The numbers are staggering: 13 turnovers in six games. Michael Vick has become a turnover machine. Can he possibly keep this season's pace up? The laws of probability would seem to suggest that the quarterback cannot. In his first nine seasons in the NFL, Vick had an interception or fumble 3.0 percent of every time he dropped back to pass or ran. This season, he has turned the ball over 4.5 percent of every drop or rush. While that may seem like only a marginal increase, it is not; the spike implying that Vick is more likely to turn the ball over at a rate in line with the greater sample than with the smaller one. So he should do a better job in the final ten games. But that won't be enough. Behind a crippling offensive line, Vick has to be extra careful with his ball security and with forcing throws downfield. It's that simple. The Eagles won't win if they keep turning the ball over at this pace – 17 all told. If they don't, Andy Reid will be forced to stop Vick's errors the only way he can – by benching him for rookie Nick Foles.


Judging from Todd Bowles' introductory press conference last week, the defense won't look much different than it did under Juan Castillo. Well, except for that whole closing-out-games thing. Bowles said that defensive line coach Jim Washburn's wide-nine scheme will remain intact, that he will continue to mix and match man and zone defenses and that he'll blitz when warranted and when working. The most significant difference, though, will likely be seen on game days when plays are called and when adjustments must be made. Castillo's inability to effectively counter fourth quarter changes from opposing offensive coordinators was his ultimate undoing. Bowles, like Castillo, had never been an NFL coordinator before Reid gave them the job. But Bowles has a strong pedigree and a long history of working with some stout defenses. Cornerback Nnamdi Asomugha had touted Bowles' in-game capabilities weeks before he got the top job. The Eagles have the talent and the athletes to play fast yet disciplined, as Bowles said he wanted his defense to look. It's up to the first-time coordinator to put them in the best possible position to makes plays.


Well, they can cut down on turnovers, but we've already covered that area. And, really, there's more to the Eagles averaging a second-worst in the league 17.2 points a game than just turnovers. The struggles on the offensive line and Vick's giveaways forced coordinator Marty Mornhinweg to call for a more balanced offense and for shorter throws against the New York Giants and Steelers. That strategy had a 50-50 success rate, and would have likely batted 1.000 had Vick not fumbled twice in Pittsburgh. But for the Eagles' fast break offense to reach its zenith, Mornhinweg has to go back to a more pass-oriented offense that throws downfield. He did so against the Lions last week. The opportunities were there, but the execution in many cases was not. Vick failed to hit open receivers on several plays, so he deserves some of the blame. But his protection was below average and you have to wonder where his mind was after taking such a beating. So what can Reid and Mornhinweg do? They could go back to a ball-control offense – and they may at times depending upon the opponent – but the Lions gave future defenses a blueprint on how to disrupt the Eagles. They stacked the box and shut down running back LeSean McCoy and forced Vick, behind a shaky line, to beat them. Here's a sober thought: This offense just may not be capable of averaging more than 20 points a game.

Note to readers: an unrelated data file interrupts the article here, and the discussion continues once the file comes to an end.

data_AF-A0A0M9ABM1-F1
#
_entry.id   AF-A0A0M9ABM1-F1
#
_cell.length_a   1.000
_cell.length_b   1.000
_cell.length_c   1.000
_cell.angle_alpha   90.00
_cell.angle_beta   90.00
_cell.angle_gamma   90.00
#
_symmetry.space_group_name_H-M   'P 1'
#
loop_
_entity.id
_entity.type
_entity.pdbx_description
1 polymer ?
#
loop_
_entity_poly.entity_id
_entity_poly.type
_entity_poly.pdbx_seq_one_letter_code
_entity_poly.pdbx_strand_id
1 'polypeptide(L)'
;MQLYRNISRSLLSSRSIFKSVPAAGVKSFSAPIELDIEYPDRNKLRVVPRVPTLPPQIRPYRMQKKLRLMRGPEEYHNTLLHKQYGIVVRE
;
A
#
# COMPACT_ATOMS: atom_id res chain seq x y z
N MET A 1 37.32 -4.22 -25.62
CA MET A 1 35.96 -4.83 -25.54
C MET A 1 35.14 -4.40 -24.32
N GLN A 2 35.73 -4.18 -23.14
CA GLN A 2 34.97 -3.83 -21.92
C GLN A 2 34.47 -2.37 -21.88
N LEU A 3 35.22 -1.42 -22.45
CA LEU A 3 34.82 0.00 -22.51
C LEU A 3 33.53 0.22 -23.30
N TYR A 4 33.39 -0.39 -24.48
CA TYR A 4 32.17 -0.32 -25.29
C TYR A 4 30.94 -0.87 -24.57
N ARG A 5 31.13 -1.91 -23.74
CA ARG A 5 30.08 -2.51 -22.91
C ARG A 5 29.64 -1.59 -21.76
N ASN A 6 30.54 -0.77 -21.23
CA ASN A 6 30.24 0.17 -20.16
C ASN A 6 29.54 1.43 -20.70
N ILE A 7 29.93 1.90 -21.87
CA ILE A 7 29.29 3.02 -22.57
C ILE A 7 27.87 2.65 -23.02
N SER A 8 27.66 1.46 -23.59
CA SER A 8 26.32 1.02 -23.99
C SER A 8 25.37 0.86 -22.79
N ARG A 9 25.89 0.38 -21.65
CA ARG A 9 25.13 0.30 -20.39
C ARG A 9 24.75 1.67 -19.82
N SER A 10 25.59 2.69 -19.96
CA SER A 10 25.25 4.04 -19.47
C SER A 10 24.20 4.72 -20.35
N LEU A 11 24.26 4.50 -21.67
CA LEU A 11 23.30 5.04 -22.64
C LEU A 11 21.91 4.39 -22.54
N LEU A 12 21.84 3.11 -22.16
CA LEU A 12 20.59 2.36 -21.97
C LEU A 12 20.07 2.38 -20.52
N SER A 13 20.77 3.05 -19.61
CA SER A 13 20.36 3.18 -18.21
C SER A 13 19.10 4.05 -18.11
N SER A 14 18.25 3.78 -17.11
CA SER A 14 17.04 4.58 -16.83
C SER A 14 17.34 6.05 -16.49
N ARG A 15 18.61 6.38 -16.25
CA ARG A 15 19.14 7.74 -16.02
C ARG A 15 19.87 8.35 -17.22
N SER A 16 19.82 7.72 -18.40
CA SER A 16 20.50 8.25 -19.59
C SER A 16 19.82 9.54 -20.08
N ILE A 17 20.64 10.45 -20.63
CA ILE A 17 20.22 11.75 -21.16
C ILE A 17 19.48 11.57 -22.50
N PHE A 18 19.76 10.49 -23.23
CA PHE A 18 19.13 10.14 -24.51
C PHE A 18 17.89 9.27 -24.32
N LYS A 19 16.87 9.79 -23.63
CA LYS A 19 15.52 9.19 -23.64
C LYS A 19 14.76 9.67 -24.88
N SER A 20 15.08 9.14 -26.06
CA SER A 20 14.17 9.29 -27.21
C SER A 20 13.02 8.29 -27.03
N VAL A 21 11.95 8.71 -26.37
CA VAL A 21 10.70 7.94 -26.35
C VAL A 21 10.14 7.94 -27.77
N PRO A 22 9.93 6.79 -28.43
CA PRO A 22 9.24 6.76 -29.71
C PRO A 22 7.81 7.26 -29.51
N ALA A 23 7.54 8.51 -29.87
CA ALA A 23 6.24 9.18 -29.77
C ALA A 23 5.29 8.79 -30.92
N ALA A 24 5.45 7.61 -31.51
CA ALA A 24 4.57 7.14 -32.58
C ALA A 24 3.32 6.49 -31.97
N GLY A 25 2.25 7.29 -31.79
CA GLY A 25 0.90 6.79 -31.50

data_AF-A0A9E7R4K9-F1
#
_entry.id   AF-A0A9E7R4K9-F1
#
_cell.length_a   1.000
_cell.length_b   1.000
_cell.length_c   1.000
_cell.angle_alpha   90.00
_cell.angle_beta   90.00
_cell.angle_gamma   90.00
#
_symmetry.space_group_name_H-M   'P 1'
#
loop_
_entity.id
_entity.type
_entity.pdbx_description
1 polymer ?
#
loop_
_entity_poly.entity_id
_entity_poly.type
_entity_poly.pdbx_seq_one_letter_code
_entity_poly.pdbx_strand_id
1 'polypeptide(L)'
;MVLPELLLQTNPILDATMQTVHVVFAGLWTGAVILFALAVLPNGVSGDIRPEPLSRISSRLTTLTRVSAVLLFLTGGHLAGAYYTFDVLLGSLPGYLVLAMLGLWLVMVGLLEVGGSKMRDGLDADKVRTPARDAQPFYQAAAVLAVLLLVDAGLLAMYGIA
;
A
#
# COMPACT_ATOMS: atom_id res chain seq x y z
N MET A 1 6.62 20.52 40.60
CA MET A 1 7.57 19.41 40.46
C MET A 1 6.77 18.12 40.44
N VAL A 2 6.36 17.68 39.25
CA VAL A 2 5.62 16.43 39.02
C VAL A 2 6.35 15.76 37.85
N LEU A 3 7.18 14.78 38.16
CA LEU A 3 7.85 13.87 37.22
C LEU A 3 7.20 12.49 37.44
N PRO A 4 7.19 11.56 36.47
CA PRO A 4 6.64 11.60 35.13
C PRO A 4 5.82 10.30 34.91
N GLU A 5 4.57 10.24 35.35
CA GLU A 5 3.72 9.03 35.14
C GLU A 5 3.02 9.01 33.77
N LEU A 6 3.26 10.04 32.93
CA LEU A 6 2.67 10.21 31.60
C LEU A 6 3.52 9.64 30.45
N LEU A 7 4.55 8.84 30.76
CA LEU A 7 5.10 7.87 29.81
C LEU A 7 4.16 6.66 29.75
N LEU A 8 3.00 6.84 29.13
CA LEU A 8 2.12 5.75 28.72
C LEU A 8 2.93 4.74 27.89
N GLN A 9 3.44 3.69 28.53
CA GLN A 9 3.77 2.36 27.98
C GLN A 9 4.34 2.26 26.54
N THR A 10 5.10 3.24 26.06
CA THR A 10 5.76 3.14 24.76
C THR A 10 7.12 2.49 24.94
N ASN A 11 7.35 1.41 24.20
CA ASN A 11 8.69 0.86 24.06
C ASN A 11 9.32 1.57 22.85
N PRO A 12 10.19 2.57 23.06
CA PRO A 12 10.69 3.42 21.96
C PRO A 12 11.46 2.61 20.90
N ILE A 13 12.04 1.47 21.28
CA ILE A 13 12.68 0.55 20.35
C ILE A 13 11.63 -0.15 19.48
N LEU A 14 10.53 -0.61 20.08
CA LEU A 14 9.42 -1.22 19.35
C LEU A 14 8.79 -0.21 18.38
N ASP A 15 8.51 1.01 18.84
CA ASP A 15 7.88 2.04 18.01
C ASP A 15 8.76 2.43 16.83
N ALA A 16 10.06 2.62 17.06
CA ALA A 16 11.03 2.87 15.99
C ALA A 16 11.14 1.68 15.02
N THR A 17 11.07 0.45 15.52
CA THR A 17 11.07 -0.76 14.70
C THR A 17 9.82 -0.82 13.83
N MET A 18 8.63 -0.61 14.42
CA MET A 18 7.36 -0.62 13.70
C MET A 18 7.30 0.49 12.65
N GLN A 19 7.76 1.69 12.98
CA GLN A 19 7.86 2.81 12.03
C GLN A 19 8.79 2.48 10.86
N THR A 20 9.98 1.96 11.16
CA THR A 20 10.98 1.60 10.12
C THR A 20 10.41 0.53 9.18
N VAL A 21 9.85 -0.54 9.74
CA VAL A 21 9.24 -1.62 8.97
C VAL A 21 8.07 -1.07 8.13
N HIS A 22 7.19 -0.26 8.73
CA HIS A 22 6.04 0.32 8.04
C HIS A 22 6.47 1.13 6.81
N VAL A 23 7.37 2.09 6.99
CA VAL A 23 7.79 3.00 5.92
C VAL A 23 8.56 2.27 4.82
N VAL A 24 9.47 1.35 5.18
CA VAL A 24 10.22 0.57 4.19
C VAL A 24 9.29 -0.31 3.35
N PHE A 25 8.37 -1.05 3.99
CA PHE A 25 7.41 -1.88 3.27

Yes, they can. The Eagles are not dead and buried at 3-3, not by a long shot. Reid has been 3-3 after six games four previous times during his tenure here – 2008, 2003, 2001 and 2000. Each time the Eagles made the playoffs. Consider Reid's career record before Week 6 (47-37, .559) and after (82-47-1, .635). Consider the combined records of the Eagles' ten remaining opponents (27-28, .491). Consider the NFC East standings. The New York Giants are 4-2, but the Eagles have the head-to-head tiebreaker right now. The Redskins are 3-3. The Cowboys are 2-3. The division is there for the taking. The Birds have some work to do, but a playoff berth is certainly not out of the realm of possibilities. Now will they do it? The belief here since before the season was they will not.


Making the playoffs would be a good start. If the Eagles finish the season 7-3 or better and somehow fail to reach the postseason, its possible Jeffrey Lurie cuts Reid a break, although highly unlikely. Lurie said that he needed to see "substantial improvement" over last season's 8-8 finish. Two more wins without a playoff game is not substantial. So, let's say, Reid rallies the troops and the Birds make it to the postseason. Is that enough? It's possible Lurie views qualifying for the playoffs as "substantial improvement." And there are a few possible qualifiers – injuries, acts of God, etc. But it's likely Reid has to win at least one playoff game. He hasn't won one since 2008. But first, he's got to win a few games in the regular season.